Flea had to sign Metallica merch when the band were over in Belarus.
Red Hot Chili Peppers bassist Flea was stopped at customs and forced to sign Metallica merchandise after a mix-up at an airport in Belarus over the weekend. Despite the fact that he tried to insist he wasn't in Metallica, he still had to go along with the customs officials' mistake.
Flea looks nothing like Metallica bassist Robert Trujillo
Flea posted a shot of himself signing his name on some Metallica CDs, DVDs and posters on Instagram after he and the rest of Red Hot Chili Peppers failed to convince staff at a Belarus airport that they weren't the heavy metal band they were accused of being. Luckily, Flea didn't mind too much given that he's a Metallica superfan himself, but that must've been a weird day for the rockers nonetheless.
Continue reading: Red Hot Chili Peppers Had To Pretend To Be Metallica At Airport Customs
The frontman was said to be suffering from extreme stomach pain.
Red Hot Chili Peppers were forced to pull out of their headlining slot at KROQ's annual Weenie Roast on May 14, just hours before they were due to take the stage, after frontman Anthony Kiedis was sent to an area hospital.
Red Hot Chili Peppers were forced to miss their appearance at the KROQ Weenie Roast after Anthony Kiedis was hospitalised.
According to Billboard, a rep for KROQ, a Los Angeles radio station, said the singer was taken from the venue in an ambulance after suffering from extreme stomach pain. However the exact nature of the problem is unknown at this time.
The record is produced by Danger Mouse and is released on June 17th, preceded by new single 'Dark Necessities' out now.
Red Hot Chili Peppers have revealed details of their first new album in five years, announcing that their eleventh album The Getaway will be released on June 17th.
It’s their first album since 2011’s I’m With You, and is produced by Danger Mouse (aka. Brian Burton) and mixed by Radiohead collaborator Nigel Godrich. Fans have noted that it’s therefore the first Chili Peppers album since 1989’s Mother’s Milk not to have been produced by Rick Rubin.
Fans had been awaiting the prospect of new material for many months, ever since the band were confirmed as one of the headliners of T In The Park and Reading and Leeds Festival this year.
Continue reading: Red Hot Chili Peppers Announce New Album 'The Getaway'
Bob Forrest was at the height of the sex, drugs and rock 'n' roll era of the eighties as he toured the States with his punk rock band Thelonious Monster, taking in every narcotic that became available to him. He took so many drugs and consumed so much alcohol that he became a shadow of his former self, unable to stay stood up on stage, regularly falling unconscious and frequently causing a scene wherever he happened to venture. He went to more than 20 rehabilitation clinics over 9 years to try and get clean while struggling to be around for his son Elijah, until he managed to pull through and turn his life around forever. He is now one of the most sought after and influential drug counsellors in America who has help the likes of so many big musicians transform their lives including Hole's Courtney Love and Red Hot Chili Peppers' Anthony Kiedis.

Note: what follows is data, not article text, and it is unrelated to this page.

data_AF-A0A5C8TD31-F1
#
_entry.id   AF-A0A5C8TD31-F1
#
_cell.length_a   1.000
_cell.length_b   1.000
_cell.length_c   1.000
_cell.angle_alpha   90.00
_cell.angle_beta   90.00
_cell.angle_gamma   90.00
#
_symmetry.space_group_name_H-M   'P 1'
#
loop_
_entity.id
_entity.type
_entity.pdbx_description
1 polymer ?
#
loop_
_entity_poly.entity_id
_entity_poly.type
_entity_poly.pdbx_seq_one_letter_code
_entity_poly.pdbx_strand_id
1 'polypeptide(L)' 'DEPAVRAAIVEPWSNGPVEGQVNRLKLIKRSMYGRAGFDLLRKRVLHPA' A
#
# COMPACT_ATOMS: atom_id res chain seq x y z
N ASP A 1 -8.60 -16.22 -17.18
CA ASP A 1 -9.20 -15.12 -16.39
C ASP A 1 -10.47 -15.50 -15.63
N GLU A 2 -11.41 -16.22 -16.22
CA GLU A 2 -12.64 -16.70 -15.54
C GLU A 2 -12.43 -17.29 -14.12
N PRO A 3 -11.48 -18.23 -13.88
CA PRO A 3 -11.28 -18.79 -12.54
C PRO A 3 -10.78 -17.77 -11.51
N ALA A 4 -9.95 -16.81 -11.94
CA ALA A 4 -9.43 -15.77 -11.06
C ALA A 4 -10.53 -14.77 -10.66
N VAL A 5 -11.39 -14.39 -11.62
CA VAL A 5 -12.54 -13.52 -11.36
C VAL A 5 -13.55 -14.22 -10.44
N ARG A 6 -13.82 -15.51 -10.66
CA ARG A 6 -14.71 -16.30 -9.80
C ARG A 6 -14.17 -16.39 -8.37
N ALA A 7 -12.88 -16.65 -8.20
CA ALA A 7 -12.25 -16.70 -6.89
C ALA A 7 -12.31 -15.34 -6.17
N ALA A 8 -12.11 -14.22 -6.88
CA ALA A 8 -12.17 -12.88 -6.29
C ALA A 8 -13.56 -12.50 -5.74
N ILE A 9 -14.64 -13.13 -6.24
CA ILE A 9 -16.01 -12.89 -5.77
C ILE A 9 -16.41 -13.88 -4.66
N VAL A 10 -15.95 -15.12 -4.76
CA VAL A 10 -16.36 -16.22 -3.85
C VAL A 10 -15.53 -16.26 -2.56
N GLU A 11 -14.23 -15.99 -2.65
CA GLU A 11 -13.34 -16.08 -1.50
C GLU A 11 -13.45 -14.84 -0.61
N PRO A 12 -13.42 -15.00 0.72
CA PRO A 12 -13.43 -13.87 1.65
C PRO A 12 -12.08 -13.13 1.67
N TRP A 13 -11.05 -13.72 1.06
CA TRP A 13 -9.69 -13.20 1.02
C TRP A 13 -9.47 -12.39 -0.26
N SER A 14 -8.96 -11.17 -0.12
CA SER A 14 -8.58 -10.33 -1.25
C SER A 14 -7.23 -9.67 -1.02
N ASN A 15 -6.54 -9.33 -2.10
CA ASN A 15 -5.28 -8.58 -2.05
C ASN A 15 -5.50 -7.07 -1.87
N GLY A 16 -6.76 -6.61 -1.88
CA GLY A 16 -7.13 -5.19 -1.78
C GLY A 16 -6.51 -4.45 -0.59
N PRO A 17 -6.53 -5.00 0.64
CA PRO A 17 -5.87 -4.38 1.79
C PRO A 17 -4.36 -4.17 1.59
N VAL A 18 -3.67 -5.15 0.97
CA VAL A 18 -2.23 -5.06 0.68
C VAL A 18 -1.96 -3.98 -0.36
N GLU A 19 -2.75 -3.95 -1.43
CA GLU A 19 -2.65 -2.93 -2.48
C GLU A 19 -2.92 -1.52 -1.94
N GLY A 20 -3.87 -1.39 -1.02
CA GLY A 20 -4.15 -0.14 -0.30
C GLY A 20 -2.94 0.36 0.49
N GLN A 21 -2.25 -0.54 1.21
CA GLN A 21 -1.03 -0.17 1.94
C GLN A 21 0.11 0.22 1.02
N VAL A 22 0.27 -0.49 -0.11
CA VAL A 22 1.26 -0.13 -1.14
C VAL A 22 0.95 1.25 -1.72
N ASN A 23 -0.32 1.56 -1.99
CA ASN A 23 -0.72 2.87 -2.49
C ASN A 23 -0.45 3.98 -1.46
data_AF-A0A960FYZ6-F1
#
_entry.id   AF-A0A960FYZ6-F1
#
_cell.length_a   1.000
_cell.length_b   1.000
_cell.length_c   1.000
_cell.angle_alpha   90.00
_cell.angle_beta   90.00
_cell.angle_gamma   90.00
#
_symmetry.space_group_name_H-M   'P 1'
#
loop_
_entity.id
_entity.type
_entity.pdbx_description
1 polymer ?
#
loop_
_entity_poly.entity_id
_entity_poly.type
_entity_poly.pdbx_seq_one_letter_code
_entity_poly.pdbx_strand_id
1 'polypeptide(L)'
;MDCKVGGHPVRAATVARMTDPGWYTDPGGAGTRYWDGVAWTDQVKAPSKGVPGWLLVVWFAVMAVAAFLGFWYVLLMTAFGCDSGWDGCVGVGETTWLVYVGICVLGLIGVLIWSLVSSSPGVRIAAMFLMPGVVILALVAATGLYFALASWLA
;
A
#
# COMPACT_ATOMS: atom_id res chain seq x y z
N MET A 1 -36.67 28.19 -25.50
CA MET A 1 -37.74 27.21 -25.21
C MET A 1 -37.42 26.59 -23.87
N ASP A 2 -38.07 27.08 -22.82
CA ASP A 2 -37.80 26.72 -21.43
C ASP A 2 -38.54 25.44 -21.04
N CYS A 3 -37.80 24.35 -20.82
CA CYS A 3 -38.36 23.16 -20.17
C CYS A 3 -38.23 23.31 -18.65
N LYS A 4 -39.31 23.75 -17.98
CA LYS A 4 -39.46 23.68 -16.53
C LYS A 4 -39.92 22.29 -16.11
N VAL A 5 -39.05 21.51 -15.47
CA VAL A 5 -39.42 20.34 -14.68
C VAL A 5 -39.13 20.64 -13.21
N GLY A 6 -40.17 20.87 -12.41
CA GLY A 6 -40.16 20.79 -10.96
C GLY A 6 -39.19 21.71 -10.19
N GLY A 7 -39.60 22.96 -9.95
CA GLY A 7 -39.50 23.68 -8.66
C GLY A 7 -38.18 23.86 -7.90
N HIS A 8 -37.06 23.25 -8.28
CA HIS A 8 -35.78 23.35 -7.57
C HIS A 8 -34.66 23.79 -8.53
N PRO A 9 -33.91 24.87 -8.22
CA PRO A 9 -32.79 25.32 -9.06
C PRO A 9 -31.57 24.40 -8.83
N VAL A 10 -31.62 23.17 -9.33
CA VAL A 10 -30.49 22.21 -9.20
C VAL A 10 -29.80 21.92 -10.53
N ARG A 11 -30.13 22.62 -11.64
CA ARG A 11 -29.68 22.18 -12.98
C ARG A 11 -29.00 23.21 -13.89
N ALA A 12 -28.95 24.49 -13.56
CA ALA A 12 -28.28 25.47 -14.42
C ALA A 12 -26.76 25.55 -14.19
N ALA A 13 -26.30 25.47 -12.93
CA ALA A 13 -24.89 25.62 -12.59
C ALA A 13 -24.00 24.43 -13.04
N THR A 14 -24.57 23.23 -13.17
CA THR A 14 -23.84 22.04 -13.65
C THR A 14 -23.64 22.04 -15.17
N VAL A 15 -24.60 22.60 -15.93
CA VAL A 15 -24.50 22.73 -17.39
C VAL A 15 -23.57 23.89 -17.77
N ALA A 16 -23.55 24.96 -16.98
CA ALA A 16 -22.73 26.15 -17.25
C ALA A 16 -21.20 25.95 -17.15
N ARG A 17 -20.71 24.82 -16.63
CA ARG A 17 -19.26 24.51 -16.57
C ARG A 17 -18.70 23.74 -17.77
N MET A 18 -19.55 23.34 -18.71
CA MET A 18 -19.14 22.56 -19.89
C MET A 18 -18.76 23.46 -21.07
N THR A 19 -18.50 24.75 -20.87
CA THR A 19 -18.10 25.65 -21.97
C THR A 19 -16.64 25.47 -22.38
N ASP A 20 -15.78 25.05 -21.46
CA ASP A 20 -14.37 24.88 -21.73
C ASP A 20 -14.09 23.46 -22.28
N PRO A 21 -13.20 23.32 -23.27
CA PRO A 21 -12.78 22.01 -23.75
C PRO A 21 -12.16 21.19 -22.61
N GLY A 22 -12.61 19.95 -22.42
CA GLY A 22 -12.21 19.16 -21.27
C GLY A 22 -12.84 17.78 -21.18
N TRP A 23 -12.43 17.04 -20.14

Continue: Bob And The Monster Trailer
Radiohead front man's been riding the waves...
In an interview with The Observer, the Radiohead front man, whose Atoms For Peace project released debut LP AMOK today (February 25, 2013), revealed that he’d been taking surfing lessons from bassist Flea – who also plays in the Red Hot Chili Peppers. "I used always to try to force things, in the studio,” Yorke said, comparing his music with his new found interest in surfing. “But it's like, you can sit out there on a board for ages waiting for the right wave to come along. You can't get angry about it. You know it will happen eventually and you start to understand the waiting itself might be part of it. Part of the fun."
Atoms For Peace streamed their album AMOK last week on their official site amid rumors that it had been leaked already, while Yorke and Godrich have since played in London (February 22, 2013) in order to launch the record officially. In the same interview, Yorke revealed that the idea to get an album together under the Atoms For Peace moniker came about in the wake of several US shows in support of his 2006 solo album The Eraser. "I had these very small ideas," Yorke said, "just beats mostly. And we just played off them for about three days solid."
Continue reading: Flea Gives Thom Yorke Surfing Lessons
Radiohead front man's new super group release their first album today
Much as My Bloody Valentine did by dropping their latest album at a couple of days notice, so Thom Yorke’s Atoms For Peace have sent the music press scurrying to desperately make their opinion public first, in light of the release of their debut album together, AMOK.